n Daniel’s writings Belshazzar is listed as the king of Babylon. However, his name does not appear in the historical records as being one of Babylon’s kings. His father Nabonidus was the official king of Babylon. However, Nabonidus seems to have preferred living in other parts of the kingdom. He was also engaged in military conflicts during the later years of his reign. Thus in his absence his son Belshazzar would be the de facto king of Babylon. This background explains Daniel’s use of “king” in reference to Belshazzar. He was in every functional way Babylon’s active king at the time. This situation also explains Belshazzar’s offer to make the man who interpreted the mysterious handwriting the “third ruler” in Babylon. Belshazzar is the second ruler, so he cannot make anyone else the second ruler, but he logically would offer the third position to the person who solved his problem.
his simple historical background explains the precise details of Daniel’s writing, and it also serves as yet another in a long list of detailed records that consistently vindicate and affirm the accuracy of the Bible. Time after time skeptics of the Bible ridicule its contents and reject its validity. And time after time the skeptics’ allegations are disproved, and the Bible’s accuracy is affirmed. Werner Keller, The Bible as History, for the most part devotes his entire book to examples that validate the authenticity of the Bible’s information. For example, in one such example, Keller provides details of archaeologists’ belittling the Bible’s reference to “Ur of the Chaldees.” They repeatedly rejected the Bible’s reference to this ancient city whose most prominent Biblical citizen was Abraham because they had never found any reference in any archaeological artifacts to such a city. However, Keller goes on to document that for years archaeologists traveled by train to one of their digs. They got off the train and ignored an elevated ridge within clear view of the train stop year after year. Eventually one of the archaeologists took note of this elevation and started investigating it. He discovered some ancient artifacts, became interested in the site and started an excavation of the area. How surprising; his team soon discovered that they had unearthed the ruins of an ancient Chaldean city named Ur!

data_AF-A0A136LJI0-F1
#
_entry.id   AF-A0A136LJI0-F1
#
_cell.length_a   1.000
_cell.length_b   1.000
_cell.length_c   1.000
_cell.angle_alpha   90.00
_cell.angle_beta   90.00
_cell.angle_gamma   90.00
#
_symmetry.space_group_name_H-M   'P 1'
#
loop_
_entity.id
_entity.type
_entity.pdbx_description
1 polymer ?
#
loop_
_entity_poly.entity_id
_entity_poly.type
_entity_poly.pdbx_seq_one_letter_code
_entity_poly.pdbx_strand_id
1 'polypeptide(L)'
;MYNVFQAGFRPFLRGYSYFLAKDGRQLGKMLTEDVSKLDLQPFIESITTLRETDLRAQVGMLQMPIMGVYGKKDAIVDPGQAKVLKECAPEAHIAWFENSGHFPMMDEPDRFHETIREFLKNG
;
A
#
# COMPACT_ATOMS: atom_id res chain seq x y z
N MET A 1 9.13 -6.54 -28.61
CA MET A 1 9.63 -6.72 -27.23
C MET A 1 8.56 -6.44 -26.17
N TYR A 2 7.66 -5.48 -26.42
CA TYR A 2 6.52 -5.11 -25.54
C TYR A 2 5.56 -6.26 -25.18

od did not design or intend the Bible to be a science or archaeological textbook, so its primary purpose is not to present these disciplines in great detail. However, when the Bible refers to things that naturally relate to these or other areas of knowledge, it consistently presents accurate information. Consider just a few examples.
- “He stretcheth out the north over the empty place, and hangeth the earth upon nothing.” (Job 26:7, KJV) It is generally believed that Job was written earlier than Moses wrote the first five books of our Old Testament, making Job the oldest book of the Bible. Despite its ancient origin, Job accurately describes the circular shape and orbit of the earth, as well as describing gravity as the force that holds the earth in its stable position. Human science was centuries away from such accurate knowledge.
- "It is he that sitteth upon the circle of the earth, and the inhabitants thereof are as grasshoppers; that stretcheth out the heavens as a curtain, and spreadeth them out as a tent to dwell in:" (Isaiah 40:22, KJV) Approximately eight hundred years before Jesus came, Isaiah affirmed the same point that Job makes. Notice his reference to the “circle of the earth.”